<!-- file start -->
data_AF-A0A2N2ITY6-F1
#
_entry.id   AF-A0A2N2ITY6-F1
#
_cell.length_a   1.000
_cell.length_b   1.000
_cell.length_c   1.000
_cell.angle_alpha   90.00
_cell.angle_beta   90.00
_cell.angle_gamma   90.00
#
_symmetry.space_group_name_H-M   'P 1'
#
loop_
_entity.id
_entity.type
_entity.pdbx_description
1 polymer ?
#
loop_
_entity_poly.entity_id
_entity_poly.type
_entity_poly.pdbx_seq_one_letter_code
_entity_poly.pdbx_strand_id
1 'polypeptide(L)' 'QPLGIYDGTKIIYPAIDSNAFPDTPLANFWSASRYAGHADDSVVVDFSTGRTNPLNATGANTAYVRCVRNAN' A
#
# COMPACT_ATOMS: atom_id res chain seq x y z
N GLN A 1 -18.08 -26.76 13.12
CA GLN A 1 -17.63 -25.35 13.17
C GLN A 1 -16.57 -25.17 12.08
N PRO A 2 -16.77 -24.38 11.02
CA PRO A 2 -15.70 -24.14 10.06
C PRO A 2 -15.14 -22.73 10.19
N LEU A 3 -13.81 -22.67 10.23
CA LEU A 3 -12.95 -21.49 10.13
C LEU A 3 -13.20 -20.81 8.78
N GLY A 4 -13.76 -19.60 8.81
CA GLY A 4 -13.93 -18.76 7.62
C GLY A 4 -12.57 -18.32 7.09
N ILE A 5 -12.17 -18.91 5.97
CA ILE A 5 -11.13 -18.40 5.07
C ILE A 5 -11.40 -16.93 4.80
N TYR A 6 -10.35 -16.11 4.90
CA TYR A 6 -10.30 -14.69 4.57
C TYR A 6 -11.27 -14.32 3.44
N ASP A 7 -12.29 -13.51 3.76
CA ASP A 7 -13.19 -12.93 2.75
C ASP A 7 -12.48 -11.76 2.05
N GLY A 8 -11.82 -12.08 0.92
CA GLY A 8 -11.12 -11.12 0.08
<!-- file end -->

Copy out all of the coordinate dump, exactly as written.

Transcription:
data_AF-A0A2N2ITY6-F1
#
_entry.id   AF-A0A2N2ITY6-F1
#
_cell.length_a   1.000
_cell.length_b   1.000
_cell.length_c   1.000
_cell.angle_alpha   90.00
_cell.angle_beta   90.00
_cell.angle_gamma   90.00
#
_symmetry.space_group_name_H-M   'P 1'
#
loop_
_entity.id
_entity.type
_entity.pdbx_description
1 polymer ?
#
loop_
_entity_poly.entity_id
_entity_poly.type
_entity_poly.pdbx_seq_one_letter_code
_entity_poly.pdbx_strand_id
1 'polypeptide(L)' 'QPLGIYDGTKIIYPAIDSNAFPDTPLANFWSASRYAGHADDSVVVDFSTGRTNPLNATGANTAYVRCVRNAN' A
#
# COMPACT_ATOMS: atom_id res chain seq x y z
N GLN A 1 -18.08 -26.76 13.12
CA GLN A 1 -17.63 -25.35 13.17
C GLN A 1 -16.57 -25.17 12.08
N PRO A 2 -16.77 -24.38 11.02
CA PRO A 2 -15.70 -24.14 10.06
C PRO A 2 -15.14 -22.73 10.19
N LEU A 3 -13.81 -22.67 10.23
CA LEU A 3 -12.95 -21.49 10.13
C LEU A 3 -13.20 -20.81 8.78
N GLY A 4 -13.76 -19.60 8.81
CA GLY A 4 -13.93 -18.76 7.62
C GLY A 4 -12.57 -18.32 7.09
N ILE A 5 -12.17 -18.91 5.97
CA ILE A 5 -11.13 -18.40 5.07
C ILE A 5 -11.40 -16.93 4.80
N TYR A 6 -10.35 -16.11 4.90
CA TYR A 6 -10.30 -14.69 4.57
C TYR A 6 -11.27 -14.32 3.44
N ASP A 7 -12.29 -13.51 3.76
CA ASP A 7 -13.19 -12.93 2.75
C ASP A 7 -12.48 -11.76 2.05
N GLY A 8 -11.82 -12.08 0.92
CA GLY A 8 -11.12 -11.12 0.08